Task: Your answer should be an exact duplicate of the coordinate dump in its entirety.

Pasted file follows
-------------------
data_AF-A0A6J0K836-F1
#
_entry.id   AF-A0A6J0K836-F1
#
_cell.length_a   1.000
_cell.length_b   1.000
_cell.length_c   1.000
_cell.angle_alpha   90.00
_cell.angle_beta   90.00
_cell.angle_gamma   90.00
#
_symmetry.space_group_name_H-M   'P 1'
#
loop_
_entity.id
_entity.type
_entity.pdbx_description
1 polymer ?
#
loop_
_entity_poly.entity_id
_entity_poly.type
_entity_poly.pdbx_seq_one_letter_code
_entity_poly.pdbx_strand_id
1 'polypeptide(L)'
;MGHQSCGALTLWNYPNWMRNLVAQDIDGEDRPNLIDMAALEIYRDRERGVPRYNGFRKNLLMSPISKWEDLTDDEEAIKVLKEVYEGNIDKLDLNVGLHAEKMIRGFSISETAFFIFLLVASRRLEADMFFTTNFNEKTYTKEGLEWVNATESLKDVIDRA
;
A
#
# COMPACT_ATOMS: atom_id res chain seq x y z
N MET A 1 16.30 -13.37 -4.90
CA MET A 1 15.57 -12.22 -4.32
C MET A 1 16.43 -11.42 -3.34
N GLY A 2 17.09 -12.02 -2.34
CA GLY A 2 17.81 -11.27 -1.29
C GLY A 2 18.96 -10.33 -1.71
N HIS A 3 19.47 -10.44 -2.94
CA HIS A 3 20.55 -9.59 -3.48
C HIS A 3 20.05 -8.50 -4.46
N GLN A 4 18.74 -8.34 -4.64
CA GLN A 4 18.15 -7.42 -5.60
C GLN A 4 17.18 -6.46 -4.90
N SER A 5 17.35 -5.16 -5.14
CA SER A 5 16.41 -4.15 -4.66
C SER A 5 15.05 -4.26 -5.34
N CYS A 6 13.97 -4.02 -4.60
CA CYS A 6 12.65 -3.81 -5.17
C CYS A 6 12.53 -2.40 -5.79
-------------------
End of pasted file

data_AF-A0A6J0K836-F1
#
_entry.id   AF-A0A6J0K836-F1
#
_cell.length_a   1.000
_cell.length_b   1.000
_cell.length_c   1.000
_cell.angle_alpha   90.00
_cell.angle_beta   90.00
_cell.angle_gamma   90.00
#
_symmetry.space_group_name_H-M   'P 1'
#
loop_
_entity.id
_entity.type
_entity.pdbx_description
1 polymer ?
#
loop_
_entity_poly.entity_id
_entity_poly.type
_entity_poly.pdbx_seq_one_letter_code
_entity_poly.pdbx_strand_id
1 'polypeptide(L)'
;MGHQSCGALTLWNYPNWMRNLVAQDIDGEDRPNLIDMAALEIYRDRERGVPRYNGFRKNLLMSPISKWEDLTDDEEAIKVLKEVYEGNIDKLDLNVGLHAEKMIRGFSISETAFFIFLLVASRRLEADMFFTTNFNEKTYTKEGLEWVNATESLKDVIDRA
;
A
#
# COMPACT_ATOMS: atom_id res chain seq x y z
N MET A 1 16.30 -13.37 -4.90
CA MET A 1 15.57 -12.22 -4.32
C MET A 1 16.43 -11.42 -3.34
N GLY A 2 17.09 -12.02 -2.34
CA GLY A 2 17.81 -11.27 -1.29
C GLY A 2 18.96 -10.33 -1.71
N HIS A 3 19.47 -10.44 -2.94
CA HIS A 3 20.55 -9.59 -3.48
C HIS A 3 20.05 -8.50 -4.46
N GLN A 4 18.74 -8.34 -4.64
CA GLN A 4 18.15 -7.42 -5.60
C GLN A 4 17.18 -6.46 -4.90
N SER A 5 17.35 -5.16 -5.14
CA SER A 5 16.41 -4.15 -4.66
C SER A 5 15.05 -4.26 -5.34
N CYS A 6 13.97 -4.02 -4.60
CA CYS A 6 12.65 -3.81 -5.17
C CYS A 6 12.53 -2.40 -5.79